Buying a Bank Owned Property Can Be Bumpy Ride

We just closed escrow on two bank owned sales and both were late in closing. We had everything in place yet had to wait  for someone at the banks that foreclosed each of  these properties to send the Deed and HUD-1 statement to the Title company so we could close.  There really is no reason for this kind of a delay today.  There are fewer bank owned listings around since banks are holding them off the market, and one would think that because of this, we’d see a more streamlined process but we’re wrong.

My two sales each closed a day late.  A colleague told me he had one close 2 weeks late and another told me of one that close a month late.  ThisLynch-pincosts the buyer and in retrospect, the bank money.  As a buyer of a bank owned property there is nothing, I repeat nothing you can do about the delay.  The process for selling the property is complex and the bank divides the job into segments.  The listing agent deals with someone called an Asset Manager.  This person approves the contract, sends out the bank term sheet, negotiates with the buying agent and signs off on the process.  Then someone else comes in.  This is the un-named mystery man or woman who has control of the deed and HUD-1.  They are the lynchpin in the process.  They are the ominous power  in the process and if they decide not to send the critical documents to the title company we wait until they do it.  No one can talk to them.  No one knows who they are, not the listing agent, escrow officer, or buyer’s agent.  Just in case you’re wondering what this picture is, it’s a lynchpin.

If you think buying a bank owned property will save you money you may be right.  You may be wrong.  It could cost you in added fees because your loan doesn’t close on time.  It could cost you higher interest.  It could throw off a timetable for a move causing additional rent, or charges for having to cancel or delay a contract for repairs to the new house you are buying.  There are lessons to be learned in buying a bank owned property and the first one is expect delays so allow for them.  It could save you money and energy.  Don’t lock in a loan rate until you have cleared some of the hurtles in the purchase.  A 30 day rate lock in a normal sale is fine, but it may not be fine with an REO.  Your lender should be able to help with this.  Allowing for extra delays makes for a happy life and perhaps a surprise in the end when the close takes place when it should rather than when the bank arbitrarily  decides it will.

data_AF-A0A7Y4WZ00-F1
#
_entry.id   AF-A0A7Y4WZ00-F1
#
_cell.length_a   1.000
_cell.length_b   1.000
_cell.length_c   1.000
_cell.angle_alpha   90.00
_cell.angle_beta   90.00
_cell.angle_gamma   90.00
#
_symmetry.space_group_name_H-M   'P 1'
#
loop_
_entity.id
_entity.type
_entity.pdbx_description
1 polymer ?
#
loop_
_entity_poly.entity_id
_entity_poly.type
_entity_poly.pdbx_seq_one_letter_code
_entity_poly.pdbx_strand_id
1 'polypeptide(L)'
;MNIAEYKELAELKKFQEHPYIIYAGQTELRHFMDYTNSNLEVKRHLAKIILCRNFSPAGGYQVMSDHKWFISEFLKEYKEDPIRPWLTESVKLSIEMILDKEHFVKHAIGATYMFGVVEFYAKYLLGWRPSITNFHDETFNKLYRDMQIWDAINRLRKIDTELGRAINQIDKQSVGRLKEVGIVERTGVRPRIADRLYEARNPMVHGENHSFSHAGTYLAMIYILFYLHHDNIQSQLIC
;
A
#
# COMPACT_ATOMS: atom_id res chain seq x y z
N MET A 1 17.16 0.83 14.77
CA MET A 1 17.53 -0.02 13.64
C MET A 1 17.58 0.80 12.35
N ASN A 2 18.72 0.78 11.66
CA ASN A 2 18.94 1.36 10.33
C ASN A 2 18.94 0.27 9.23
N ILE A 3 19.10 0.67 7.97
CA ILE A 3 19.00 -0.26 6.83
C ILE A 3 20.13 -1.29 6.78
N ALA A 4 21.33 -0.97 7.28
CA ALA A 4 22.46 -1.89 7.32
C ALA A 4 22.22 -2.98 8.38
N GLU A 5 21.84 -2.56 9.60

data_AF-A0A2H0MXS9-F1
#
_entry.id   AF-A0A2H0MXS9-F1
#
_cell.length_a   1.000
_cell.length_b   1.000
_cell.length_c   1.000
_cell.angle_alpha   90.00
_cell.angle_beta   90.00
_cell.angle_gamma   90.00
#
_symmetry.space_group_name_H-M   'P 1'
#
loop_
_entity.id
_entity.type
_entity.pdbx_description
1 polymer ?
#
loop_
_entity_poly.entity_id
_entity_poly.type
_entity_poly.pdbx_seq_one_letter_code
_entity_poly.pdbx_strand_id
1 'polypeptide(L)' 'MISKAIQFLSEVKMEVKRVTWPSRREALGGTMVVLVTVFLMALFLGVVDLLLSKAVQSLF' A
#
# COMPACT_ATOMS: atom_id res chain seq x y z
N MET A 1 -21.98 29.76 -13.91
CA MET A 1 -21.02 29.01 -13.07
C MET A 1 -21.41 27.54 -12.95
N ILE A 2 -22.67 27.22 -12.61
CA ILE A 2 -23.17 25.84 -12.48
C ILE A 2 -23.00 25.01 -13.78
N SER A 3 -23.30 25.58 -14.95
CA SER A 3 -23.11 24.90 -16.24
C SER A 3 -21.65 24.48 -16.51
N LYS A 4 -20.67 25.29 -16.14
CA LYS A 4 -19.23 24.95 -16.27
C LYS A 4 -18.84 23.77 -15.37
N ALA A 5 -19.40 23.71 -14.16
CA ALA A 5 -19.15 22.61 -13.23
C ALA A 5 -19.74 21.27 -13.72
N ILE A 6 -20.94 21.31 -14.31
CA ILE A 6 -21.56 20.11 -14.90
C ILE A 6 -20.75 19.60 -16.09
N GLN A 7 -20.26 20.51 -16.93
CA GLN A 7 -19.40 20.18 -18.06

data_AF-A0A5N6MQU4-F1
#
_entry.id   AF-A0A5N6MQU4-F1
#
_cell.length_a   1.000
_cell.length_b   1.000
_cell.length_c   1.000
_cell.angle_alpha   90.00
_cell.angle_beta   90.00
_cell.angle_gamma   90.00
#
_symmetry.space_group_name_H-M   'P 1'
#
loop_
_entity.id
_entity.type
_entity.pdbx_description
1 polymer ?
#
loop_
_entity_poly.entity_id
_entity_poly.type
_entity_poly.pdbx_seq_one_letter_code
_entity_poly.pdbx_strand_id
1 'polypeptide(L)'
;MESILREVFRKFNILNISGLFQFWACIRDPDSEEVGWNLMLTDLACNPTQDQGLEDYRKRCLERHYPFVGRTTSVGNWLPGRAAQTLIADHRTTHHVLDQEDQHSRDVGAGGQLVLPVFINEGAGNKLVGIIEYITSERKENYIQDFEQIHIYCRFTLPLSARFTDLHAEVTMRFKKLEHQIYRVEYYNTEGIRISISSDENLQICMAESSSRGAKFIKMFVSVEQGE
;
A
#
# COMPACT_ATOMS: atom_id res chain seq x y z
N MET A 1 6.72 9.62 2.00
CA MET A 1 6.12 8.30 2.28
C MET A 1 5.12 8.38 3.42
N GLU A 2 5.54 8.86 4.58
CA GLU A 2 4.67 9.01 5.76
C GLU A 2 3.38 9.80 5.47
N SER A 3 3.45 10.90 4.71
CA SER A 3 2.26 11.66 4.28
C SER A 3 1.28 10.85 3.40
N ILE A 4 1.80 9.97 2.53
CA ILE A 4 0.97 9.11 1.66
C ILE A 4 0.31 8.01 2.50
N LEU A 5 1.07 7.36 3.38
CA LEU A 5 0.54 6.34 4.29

GenieThe operating word in buying a bank owned property is PATIENCE.  You must be a patient person and understand that when we say we’re waiting for the bank to perform, we are.  The banks hold the trump cards today.  They control the entire process from the beginning to the end.  They keep us on our toes as Realtors and they sure make me wish I could become a Genie and pull that HUD1 and Deed out of the thin air for the title company on time.

If you go into the bank owned purchase understanding that there could be many things slowing down the process you’ll be more patient.  If you expect the impossible it will be a nightmare so don’t expect to close in 30 days, even if it’s an all cash sale.  The lynchpin person, the mystery man/woman, could cause you a migraine.  Relax and go with the flow and you’ll come out at the closing with a great buy on a house that will make your friends envious.

We’re here to help you with your real estate business.  Whether you are a buyer or a seller we are here to help you.  The Wilkas Group is experienced with bank owned properties, short sales and regular purchases.  You can reach us by email or by clicking the link to the left.

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